So, with this list, you’d look at the list of asking prices to see what that 1% would be for each. You can even do it in seconds by just sliding the decimal point over two spots to the left. So, $100,000 in a listing price would be $1,000.
Once you get that 1% number figured out for each property, you’ll want to compare it to the market rent for this property. If that rent number is close to that 1% asking price, it’s worth your time to look into the property a little further. If it’s far below that 1% then you can simply skip that option completely.
When you’re first getting into real estate investment, you will need to put more time forth to making a smart buy. Reading over the sources to find the market rent is the best way. Eventually, it becomes intuitive, but initially, be prepared to study up on it. Places to look are Zillow, Trulia, and Loopnet, but do keep in mind they aren’t always fully accurate. It should give you a ballpark for what to expect for rent prices in the area though to help you separate your potential opportunities.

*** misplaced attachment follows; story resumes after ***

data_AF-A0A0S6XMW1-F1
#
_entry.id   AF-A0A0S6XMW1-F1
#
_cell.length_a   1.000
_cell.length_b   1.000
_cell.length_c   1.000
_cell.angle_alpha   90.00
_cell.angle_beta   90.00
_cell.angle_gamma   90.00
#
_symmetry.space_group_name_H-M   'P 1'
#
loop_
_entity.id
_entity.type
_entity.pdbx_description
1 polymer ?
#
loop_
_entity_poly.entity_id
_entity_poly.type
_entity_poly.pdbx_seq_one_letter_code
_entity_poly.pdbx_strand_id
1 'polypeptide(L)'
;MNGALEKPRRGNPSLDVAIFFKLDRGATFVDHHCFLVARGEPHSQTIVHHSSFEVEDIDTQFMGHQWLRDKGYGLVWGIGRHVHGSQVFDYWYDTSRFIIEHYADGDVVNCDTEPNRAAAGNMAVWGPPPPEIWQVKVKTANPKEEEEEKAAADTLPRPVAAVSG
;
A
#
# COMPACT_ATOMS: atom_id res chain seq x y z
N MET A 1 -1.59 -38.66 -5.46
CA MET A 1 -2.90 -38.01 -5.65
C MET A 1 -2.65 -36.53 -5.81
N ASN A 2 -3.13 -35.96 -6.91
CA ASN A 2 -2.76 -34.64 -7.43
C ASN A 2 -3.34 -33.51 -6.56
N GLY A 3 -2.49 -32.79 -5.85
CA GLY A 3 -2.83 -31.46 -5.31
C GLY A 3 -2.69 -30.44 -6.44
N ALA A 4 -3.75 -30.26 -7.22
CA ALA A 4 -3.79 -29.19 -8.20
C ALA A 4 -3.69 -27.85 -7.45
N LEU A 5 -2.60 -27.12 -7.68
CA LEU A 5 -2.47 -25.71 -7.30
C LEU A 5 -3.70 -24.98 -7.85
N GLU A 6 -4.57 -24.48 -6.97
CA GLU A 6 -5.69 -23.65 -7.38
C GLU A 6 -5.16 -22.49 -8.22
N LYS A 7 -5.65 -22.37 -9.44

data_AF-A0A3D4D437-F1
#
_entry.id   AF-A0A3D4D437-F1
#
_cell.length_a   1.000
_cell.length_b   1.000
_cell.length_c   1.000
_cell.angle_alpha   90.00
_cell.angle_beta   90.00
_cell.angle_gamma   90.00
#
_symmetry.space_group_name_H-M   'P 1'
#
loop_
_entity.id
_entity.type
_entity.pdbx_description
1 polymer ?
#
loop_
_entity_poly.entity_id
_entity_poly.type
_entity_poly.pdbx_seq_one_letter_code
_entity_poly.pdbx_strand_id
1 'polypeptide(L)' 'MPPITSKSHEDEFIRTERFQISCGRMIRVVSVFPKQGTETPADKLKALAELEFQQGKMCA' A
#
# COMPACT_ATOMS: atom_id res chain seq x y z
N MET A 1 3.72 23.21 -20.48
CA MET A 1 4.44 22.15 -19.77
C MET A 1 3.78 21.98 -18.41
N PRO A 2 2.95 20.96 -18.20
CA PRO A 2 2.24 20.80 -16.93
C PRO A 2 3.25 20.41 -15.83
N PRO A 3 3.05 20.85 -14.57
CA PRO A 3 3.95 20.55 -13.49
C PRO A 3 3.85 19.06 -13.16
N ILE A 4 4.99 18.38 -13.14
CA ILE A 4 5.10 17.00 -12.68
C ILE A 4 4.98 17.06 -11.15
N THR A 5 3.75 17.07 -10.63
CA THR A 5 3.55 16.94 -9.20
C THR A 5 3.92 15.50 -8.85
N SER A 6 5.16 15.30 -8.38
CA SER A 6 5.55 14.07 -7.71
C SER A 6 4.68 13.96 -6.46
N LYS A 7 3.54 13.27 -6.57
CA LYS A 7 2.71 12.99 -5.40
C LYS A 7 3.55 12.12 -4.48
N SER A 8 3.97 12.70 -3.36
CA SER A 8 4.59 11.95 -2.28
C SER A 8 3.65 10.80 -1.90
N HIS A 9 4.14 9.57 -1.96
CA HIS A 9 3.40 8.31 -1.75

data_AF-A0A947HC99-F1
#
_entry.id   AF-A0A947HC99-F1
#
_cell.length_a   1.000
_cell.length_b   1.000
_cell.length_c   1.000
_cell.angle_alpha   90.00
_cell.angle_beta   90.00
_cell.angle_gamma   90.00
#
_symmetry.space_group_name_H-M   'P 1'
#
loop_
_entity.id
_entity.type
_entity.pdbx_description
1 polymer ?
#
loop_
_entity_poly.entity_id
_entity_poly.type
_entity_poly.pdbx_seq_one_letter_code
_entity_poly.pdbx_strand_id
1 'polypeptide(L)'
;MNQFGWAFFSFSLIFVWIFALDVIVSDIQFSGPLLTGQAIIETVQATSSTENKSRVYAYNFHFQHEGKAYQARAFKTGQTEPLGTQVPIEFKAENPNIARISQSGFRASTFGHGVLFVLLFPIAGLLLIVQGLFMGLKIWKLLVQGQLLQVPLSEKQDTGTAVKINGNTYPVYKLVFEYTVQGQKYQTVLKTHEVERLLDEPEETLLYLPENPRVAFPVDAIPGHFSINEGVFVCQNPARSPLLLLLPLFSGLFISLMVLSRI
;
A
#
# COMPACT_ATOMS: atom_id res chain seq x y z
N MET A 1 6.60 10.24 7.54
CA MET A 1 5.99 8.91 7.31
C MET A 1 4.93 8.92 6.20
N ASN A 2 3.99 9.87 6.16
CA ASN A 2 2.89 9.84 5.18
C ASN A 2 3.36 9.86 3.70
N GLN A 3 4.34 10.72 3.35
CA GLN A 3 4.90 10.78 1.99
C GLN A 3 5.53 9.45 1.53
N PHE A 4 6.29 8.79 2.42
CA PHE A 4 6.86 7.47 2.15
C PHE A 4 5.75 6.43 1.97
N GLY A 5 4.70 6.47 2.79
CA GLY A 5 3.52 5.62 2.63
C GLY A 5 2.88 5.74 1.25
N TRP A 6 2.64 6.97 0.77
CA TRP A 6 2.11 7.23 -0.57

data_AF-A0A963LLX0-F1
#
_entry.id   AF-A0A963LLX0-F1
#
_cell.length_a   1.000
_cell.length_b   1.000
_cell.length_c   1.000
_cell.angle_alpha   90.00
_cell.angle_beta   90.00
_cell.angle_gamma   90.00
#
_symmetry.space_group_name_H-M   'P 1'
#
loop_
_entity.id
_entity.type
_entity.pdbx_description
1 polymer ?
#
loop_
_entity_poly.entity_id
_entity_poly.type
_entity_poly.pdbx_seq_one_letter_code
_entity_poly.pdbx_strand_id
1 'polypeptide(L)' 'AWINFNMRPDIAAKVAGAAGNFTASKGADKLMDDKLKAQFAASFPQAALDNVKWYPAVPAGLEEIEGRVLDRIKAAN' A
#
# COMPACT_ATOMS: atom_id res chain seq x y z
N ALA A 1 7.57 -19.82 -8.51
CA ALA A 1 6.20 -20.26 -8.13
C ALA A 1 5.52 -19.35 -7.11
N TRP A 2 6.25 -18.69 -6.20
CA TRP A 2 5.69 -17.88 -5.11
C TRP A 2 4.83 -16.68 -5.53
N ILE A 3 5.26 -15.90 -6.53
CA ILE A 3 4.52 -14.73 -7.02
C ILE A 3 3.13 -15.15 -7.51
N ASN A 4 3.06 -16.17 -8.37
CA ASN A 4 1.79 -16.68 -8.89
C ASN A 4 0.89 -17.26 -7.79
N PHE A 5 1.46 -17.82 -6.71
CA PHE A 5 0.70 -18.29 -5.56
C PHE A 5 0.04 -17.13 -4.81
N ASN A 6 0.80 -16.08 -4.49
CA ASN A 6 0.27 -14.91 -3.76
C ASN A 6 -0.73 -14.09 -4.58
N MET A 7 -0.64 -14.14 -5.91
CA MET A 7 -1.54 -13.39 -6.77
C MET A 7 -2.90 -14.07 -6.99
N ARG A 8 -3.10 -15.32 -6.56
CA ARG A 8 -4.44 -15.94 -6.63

When Not to Use the One Percent Rule
Remember, that 1% rule is only meant to help you narrow down your list of available properties to invest in. Once you’ve narrowed it down, you shouldn’t rely on the 1% option anymore. You should get down to it with a more in-depth analysis. It certainly requires more of you to make an offer and close on the property than this simple rule.
See, the 1% rule only uses the gross income for a property, or rather, what you’re going to net from any tenant. However, your bottom line for rental investing is that net income which is what you have left after all those expenses. So if you want to understand the cash flow of a property, you have to deduct y our other expenses. We touched on this in the examples above but because it’s not a real property and there are so many variables, these costs can fluctuate.